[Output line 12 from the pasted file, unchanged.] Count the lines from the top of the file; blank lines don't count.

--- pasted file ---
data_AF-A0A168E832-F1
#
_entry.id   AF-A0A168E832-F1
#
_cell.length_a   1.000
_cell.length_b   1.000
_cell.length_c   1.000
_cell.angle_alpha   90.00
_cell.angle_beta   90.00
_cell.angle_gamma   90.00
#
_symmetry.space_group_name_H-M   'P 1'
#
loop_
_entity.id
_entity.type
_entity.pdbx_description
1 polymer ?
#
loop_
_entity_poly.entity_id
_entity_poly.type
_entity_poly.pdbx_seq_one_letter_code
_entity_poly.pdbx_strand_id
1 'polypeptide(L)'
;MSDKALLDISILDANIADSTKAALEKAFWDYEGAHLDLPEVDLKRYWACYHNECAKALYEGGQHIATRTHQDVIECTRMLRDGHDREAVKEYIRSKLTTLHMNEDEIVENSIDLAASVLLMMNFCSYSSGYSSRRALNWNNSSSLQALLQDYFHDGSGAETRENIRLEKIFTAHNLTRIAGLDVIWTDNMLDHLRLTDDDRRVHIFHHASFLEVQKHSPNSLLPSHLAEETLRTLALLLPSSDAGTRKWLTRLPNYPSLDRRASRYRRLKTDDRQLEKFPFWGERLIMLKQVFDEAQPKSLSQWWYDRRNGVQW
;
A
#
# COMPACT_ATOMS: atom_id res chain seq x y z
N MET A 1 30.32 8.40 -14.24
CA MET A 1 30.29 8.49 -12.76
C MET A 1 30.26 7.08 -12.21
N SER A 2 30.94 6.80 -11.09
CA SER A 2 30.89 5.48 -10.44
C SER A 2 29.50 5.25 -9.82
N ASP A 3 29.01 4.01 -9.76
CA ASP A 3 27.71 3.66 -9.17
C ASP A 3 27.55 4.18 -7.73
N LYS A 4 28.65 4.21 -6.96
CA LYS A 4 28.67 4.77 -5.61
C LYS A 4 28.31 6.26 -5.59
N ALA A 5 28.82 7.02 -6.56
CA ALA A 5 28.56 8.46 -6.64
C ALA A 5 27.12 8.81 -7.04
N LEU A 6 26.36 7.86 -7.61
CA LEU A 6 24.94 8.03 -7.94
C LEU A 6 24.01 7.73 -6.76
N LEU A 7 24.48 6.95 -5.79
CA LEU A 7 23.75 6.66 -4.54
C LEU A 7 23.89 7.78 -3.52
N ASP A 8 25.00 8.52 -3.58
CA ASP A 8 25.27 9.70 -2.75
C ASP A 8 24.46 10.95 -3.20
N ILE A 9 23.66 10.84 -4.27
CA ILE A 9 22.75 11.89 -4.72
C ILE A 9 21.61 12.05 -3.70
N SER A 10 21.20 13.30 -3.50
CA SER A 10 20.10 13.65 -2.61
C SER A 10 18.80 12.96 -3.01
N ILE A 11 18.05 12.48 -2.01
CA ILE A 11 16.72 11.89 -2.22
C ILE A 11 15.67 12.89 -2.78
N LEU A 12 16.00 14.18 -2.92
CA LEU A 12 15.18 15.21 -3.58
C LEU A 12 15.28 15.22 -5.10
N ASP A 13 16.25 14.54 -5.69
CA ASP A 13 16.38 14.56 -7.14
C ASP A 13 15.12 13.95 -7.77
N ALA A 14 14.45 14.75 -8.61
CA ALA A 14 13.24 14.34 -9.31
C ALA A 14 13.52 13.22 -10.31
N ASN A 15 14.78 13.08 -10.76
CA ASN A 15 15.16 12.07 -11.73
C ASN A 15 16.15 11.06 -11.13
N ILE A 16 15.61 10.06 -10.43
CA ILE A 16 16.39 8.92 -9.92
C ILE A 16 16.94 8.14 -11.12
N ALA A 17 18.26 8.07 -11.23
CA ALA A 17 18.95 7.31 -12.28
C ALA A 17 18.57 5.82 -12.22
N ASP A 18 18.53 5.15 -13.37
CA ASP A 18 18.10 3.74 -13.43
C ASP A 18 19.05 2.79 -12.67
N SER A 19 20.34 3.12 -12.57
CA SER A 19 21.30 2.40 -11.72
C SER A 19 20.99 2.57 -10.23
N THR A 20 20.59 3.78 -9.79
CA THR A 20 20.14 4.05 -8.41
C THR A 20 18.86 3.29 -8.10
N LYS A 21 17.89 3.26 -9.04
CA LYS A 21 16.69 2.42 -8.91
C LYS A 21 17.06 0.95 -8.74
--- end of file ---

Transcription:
_symmetry.space_group_name_H-M   'P 1'